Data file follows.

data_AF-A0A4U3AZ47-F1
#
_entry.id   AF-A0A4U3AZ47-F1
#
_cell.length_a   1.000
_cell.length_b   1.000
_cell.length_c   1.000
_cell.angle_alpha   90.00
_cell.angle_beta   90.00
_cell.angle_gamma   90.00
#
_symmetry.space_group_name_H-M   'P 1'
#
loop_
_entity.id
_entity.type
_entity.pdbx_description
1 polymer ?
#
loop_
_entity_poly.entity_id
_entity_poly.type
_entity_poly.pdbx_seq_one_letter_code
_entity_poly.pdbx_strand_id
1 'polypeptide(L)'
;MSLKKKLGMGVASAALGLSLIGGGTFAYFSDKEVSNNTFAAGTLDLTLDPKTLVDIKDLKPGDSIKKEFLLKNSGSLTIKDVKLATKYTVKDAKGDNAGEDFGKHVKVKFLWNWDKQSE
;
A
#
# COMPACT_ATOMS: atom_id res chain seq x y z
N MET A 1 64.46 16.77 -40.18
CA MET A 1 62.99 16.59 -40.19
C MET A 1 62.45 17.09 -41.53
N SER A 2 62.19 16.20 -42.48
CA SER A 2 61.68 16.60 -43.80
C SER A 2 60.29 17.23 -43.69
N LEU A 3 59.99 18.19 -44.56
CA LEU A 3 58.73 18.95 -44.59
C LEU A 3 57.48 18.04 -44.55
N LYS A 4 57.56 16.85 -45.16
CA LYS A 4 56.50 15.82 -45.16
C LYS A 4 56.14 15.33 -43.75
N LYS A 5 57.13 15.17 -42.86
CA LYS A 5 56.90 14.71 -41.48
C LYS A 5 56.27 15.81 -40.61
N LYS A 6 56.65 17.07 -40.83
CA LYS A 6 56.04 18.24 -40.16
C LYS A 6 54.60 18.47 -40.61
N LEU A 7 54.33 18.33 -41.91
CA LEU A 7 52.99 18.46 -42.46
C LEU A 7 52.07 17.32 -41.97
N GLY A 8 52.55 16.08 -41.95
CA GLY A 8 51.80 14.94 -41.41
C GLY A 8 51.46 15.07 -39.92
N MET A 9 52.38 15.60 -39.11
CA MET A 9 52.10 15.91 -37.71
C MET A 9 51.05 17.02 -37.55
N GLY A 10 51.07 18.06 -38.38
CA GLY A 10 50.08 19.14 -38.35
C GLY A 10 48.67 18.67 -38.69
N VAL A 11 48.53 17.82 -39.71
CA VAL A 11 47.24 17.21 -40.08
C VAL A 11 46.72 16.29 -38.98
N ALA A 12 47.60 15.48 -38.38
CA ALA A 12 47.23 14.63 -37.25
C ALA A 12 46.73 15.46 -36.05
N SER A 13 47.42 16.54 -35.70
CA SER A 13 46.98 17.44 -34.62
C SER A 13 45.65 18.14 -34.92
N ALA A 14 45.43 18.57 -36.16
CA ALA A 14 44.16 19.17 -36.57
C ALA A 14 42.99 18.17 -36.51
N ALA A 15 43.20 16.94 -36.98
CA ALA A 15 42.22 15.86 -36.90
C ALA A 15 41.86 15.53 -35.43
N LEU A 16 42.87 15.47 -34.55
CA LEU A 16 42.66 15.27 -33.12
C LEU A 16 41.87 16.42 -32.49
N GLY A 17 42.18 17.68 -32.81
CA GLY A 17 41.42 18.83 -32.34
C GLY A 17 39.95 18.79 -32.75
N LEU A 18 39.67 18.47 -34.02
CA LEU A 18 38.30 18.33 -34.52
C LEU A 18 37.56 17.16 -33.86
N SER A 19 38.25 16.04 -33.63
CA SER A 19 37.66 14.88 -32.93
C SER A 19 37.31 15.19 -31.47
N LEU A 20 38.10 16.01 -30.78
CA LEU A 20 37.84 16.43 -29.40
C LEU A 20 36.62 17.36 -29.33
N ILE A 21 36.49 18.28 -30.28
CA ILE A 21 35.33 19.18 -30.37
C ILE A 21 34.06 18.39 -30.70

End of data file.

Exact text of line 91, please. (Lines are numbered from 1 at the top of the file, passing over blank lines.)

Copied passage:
N ILE A 21 36.49 18.28 -30.28